Wall Street Journal — Jan. 8 — A “Realtime Economics” roundup (scroll down) cites management professor Evan Starr’s presentation of his paper “Low Wage Workers and the Enforceability of Covenants Not to Compete” at a conference hosted by the American Economic Association.

NewsMax — Jan. 7 — Clinical Professor of Finance David Kass is quoted in “2019 was worst year in decade for Buffett’s Berkshire”: on “He’s just not going to throw the money out and earn a rate of return below what his minimum target is,” [said Kass]. “He is Buffett because he’s patient.”

Techonomy — Jan. 5 — Adjunct finance professor Ryan Guttridge co-authors “Big Tech and Media in 2020: What to Expect.”

Yahoo Finance — Jan. 2 — Clinical Professor of Finance David Kass weighs in, via The First Trade, regarding financial market implications of ‘Carlos Ghosn’s bizarre escape from Japan’: But at a bare minimum, Ghosn’s odd story has probably kept alive an ongoing discussion in countless board rooms about doing business in Japan. “There is a concern that business leaders from other countries who are executives in Japan would be treated very differently than Japanese CEOs or executives. It looks like there could be a double standard... and this could discourage investment by those locating to Japan,” [Kass said].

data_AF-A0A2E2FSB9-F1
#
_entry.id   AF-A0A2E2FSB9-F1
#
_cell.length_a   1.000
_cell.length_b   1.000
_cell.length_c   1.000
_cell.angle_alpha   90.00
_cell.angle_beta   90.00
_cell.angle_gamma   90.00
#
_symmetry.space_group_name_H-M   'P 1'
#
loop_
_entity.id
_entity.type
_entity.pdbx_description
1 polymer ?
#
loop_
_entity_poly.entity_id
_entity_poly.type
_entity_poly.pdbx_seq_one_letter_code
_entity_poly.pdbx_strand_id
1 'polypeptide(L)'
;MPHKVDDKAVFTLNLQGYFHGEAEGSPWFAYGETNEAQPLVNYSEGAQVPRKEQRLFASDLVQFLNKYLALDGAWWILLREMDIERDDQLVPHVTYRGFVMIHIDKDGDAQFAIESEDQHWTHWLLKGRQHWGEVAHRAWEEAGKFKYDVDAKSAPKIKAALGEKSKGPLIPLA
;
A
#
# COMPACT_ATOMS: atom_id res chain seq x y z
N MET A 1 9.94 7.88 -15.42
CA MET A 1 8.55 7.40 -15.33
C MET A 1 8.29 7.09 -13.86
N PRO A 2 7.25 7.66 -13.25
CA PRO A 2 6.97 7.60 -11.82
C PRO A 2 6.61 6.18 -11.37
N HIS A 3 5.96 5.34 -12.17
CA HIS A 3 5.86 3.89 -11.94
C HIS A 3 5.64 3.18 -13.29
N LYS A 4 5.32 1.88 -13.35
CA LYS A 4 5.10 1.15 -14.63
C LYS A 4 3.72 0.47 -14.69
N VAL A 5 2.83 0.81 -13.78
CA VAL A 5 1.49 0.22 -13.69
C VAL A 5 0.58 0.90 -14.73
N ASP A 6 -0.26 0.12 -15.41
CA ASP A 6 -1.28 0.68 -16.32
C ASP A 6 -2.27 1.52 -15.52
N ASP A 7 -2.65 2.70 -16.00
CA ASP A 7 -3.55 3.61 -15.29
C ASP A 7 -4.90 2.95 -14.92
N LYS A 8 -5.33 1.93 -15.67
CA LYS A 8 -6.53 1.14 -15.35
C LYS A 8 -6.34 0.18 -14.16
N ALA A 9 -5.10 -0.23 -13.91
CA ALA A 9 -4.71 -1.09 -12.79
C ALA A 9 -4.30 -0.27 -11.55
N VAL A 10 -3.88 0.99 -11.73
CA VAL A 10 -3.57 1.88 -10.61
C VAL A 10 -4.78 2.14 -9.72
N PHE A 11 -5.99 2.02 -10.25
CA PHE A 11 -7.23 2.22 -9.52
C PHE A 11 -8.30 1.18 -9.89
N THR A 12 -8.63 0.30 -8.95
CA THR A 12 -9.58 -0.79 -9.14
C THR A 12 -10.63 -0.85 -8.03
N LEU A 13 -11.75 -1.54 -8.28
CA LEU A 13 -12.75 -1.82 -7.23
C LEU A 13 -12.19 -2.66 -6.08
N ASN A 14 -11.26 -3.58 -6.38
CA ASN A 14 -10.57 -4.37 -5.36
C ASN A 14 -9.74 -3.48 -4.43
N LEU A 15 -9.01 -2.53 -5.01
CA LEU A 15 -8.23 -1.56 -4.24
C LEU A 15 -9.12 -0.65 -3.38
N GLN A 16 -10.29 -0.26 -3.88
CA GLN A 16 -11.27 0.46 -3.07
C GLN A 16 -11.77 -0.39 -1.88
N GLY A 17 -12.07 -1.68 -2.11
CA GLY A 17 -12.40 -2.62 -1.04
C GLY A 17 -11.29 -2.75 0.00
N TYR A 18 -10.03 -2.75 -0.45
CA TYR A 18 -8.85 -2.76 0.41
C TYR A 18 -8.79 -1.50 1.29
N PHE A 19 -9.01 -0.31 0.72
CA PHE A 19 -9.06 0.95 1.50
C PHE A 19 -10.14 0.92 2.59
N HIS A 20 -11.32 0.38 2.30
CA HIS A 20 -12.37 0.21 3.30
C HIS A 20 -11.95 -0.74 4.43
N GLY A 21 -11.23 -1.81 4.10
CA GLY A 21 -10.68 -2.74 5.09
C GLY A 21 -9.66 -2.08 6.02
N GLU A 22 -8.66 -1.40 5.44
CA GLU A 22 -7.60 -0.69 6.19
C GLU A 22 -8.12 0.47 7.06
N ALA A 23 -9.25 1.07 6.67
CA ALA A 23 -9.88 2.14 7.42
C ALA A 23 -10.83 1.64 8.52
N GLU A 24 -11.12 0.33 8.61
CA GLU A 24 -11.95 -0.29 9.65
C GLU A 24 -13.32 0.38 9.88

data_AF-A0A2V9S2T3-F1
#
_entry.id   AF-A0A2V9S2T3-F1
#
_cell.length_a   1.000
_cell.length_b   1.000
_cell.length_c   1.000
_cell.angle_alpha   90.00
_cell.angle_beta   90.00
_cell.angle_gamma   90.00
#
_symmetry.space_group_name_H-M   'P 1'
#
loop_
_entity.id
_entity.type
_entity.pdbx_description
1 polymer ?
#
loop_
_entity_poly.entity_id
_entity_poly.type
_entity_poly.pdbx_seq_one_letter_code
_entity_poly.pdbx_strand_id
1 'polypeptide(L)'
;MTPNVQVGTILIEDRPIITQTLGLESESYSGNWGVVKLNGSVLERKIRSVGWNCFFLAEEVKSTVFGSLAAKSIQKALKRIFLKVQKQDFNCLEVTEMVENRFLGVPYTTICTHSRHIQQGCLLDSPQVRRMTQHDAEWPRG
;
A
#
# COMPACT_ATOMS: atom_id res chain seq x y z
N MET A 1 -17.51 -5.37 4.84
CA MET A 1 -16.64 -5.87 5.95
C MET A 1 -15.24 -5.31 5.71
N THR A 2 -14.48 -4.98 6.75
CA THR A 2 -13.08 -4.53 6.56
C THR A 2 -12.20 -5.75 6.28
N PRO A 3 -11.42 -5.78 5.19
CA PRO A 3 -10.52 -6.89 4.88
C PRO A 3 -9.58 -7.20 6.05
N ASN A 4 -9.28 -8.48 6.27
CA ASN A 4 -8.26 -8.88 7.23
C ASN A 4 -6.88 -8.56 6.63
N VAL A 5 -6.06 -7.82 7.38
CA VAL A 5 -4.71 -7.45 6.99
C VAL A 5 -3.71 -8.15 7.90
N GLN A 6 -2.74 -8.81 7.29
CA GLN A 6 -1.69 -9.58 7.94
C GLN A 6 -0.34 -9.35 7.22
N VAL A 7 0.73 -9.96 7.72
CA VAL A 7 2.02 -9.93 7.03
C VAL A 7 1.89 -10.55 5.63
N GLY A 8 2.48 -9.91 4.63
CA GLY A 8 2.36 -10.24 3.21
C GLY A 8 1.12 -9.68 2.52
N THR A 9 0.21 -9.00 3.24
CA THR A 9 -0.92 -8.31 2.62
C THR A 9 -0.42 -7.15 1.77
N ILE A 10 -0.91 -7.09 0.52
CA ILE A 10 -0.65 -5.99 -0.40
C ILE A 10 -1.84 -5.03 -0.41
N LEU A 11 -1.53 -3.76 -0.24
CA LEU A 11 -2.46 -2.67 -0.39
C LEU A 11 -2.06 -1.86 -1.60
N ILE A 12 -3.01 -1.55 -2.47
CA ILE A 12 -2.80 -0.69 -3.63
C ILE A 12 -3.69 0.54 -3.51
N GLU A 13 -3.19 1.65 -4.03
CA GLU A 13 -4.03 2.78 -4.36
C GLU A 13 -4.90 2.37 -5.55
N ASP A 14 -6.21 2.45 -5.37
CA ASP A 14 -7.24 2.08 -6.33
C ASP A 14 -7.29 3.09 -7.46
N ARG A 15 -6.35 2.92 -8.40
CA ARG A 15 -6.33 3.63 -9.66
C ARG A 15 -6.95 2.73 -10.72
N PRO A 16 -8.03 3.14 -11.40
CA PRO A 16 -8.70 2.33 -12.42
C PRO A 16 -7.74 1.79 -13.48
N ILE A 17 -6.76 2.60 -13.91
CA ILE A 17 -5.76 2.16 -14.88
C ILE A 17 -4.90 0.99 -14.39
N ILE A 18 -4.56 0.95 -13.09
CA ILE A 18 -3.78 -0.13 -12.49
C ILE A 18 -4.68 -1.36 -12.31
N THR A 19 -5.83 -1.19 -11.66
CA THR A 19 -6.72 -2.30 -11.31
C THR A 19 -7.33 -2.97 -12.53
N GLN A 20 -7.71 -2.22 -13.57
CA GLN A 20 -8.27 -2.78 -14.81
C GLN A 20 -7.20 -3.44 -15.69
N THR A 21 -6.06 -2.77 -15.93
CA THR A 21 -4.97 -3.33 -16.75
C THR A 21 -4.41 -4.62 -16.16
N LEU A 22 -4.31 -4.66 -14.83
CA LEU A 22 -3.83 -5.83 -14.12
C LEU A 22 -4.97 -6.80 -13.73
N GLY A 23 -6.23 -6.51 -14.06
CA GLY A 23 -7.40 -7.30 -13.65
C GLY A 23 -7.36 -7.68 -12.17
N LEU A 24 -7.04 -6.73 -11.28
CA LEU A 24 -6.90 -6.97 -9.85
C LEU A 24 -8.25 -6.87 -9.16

American Libraries Magazine — Jan. 2 — EMBA Program Academic Director Rob Sheehan and his ‘Mission Impact’ book are cited by American Libraries Association Executive Director Mary Ghikas in her “Reflecting on Our Mission” op-ed: “[Sheehan] outlines a ‘mission accomplishment’ approach to articulating and measuring impact. Sheehan defines carrying out a mission as the “core purpose” of an organization, and nonprofits must measure the progress toward achieving that mission. He defines ‘mission gap’—which we should collectively seek to close—as the difference between the ideal and the current reality.”


About the University of Maryland's Robert H. Smith School of Business

The Robert H. Smith School of Business is an internationally recognized leader in management education and research. One of 12 colleges and schools at the University of Maryland, College Park, the Smith School offers undergraduate, full-time and part-time MBA, executive MBA, online MBA, specialty master's, PhD and executive education programs, as well as outreach services to the corporate community. The school offers its degree, custom and certification programs in learning locations in North America and Asia.